In the end an astounding 51% of its 10,000 members participated. The resolution failed by exactly 39 votes: 2,423-2,384 (50.4%-49.6%)—a statistical dead heat. Lisa Rofel asserted: “I take this incredibly narrow margin as a virtual tie vote. We have come such a long way in a very short amount of time. We have opened a space for discussion of Palestinian rights that did not exist before. This virtual tie means we should continue our efforts.”

While the anti-boycott side was quick to declare victory, and Inside Higher Education asserted the vote was a “setback” to the Boycott, Divestment, and Sanctions movement, the import of the vote is much more complicated than that. In fact, a small group of academics withstood the combined forces of powerful academic figures, several well-funded external organizations, and what appears the direct collaboration of the State of Israel, to achieve parity. 

How was the anti-boycott side aided and abetted by outsiders? To begin with, in an unprecedented move, the president of the University of California system, Janet Napolitano, composed a letter to the 11,000 member AAA that she and all the chancellors of the UC system signed, which states in part: “An academic boycott goes against the spirit of the University of California… We urge Association members to consider the boycott’s potentially harmful impacts and oppose this resolution.”  In his response to that letter, Professor Roberto Gonzalez wrote: “Napolitano’s statement was clearly designed to intimidate UC faculty and students voting on resolution. It is astonishing that senior University administrators would interfere with the Association’s democratic processes.”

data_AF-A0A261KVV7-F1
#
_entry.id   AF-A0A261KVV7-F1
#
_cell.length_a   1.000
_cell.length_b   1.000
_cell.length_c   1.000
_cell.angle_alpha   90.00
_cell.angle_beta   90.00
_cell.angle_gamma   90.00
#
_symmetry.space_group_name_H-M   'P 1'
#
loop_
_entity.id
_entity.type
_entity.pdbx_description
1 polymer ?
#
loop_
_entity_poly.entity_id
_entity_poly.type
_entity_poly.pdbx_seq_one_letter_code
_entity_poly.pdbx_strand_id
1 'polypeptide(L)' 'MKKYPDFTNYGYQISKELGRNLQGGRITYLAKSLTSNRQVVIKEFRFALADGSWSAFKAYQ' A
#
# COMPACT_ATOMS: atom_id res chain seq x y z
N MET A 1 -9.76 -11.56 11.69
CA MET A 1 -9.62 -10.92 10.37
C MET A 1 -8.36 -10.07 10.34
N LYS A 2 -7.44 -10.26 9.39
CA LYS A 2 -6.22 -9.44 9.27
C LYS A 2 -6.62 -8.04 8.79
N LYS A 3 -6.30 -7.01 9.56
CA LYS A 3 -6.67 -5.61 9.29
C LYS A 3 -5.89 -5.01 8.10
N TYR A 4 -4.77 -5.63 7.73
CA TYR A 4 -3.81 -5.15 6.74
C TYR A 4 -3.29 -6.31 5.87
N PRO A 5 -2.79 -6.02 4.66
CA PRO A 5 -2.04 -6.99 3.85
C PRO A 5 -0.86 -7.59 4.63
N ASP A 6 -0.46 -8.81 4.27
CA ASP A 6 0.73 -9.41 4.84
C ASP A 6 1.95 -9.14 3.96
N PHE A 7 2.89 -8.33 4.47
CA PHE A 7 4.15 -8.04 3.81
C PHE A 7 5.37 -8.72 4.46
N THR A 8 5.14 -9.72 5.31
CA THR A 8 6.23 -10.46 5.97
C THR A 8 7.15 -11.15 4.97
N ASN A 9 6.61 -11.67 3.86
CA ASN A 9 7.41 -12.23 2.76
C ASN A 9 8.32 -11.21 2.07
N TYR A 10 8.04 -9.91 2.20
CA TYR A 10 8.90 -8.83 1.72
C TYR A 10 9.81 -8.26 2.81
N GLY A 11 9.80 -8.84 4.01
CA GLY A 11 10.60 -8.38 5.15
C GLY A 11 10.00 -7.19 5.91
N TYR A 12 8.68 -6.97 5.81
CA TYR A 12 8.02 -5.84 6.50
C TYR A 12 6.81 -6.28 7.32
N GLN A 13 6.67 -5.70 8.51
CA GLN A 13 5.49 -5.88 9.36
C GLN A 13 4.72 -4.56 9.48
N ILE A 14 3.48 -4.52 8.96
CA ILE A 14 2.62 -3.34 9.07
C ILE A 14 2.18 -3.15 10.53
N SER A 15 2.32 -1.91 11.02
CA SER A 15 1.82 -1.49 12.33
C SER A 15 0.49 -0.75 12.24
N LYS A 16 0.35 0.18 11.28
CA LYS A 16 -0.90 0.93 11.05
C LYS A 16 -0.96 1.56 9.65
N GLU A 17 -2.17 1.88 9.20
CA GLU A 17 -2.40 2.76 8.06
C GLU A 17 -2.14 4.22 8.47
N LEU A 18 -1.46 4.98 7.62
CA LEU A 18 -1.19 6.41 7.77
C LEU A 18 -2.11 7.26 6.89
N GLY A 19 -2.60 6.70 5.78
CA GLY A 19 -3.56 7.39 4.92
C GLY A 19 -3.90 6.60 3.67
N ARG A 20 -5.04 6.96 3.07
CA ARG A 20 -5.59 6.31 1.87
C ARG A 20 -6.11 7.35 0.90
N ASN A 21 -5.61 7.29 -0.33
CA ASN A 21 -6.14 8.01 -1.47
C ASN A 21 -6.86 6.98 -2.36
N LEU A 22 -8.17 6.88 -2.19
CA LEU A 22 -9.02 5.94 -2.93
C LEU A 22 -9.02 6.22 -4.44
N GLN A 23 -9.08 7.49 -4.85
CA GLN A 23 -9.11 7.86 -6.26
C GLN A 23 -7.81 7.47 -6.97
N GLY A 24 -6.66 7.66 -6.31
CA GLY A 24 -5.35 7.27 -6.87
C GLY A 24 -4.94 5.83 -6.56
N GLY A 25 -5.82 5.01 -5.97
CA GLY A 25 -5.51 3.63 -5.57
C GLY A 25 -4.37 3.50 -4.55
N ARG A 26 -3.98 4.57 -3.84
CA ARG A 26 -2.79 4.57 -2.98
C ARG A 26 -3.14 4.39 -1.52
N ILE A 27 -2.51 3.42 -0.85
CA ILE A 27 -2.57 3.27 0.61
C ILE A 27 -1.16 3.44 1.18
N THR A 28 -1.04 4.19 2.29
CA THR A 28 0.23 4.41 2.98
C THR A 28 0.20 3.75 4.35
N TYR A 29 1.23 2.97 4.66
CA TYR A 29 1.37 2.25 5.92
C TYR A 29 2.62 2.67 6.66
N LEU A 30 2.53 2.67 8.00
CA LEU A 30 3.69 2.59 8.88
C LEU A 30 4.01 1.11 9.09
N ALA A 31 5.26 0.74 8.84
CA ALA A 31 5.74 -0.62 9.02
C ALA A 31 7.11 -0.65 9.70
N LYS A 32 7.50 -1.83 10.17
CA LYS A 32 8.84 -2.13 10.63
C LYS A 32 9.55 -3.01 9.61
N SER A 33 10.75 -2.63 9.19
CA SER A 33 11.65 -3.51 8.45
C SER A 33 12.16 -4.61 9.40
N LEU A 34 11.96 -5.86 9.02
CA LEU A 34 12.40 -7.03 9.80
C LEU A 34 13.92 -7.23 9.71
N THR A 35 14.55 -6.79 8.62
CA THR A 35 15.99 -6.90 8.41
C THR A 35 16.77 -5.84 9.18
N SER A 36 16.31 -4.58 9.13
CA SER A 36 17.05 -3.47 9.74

Outside interference also took the shape of external organizations lending financial and other kinds of support to defeat the resolution. The pro-boycott group Anthropologists for the Boycott of Israeli Academic Institutions asserted, “outside organizations poured enormous resources into derailing the boycott through intimidation and disinformation. These groups organized harassment campaigns targeting untenured and adjunct scholars who supported the boycott; lobbied university presidents across the country to intervene in the vote; paid AAA membership dues for boycott opponents; called for the firing of Israeli scholars accused of supporting the boycott; and, just as the AAA began voting, filed a frivolous lawsuit against the American Studies Association for its own endorsement of the boycott in 2013.”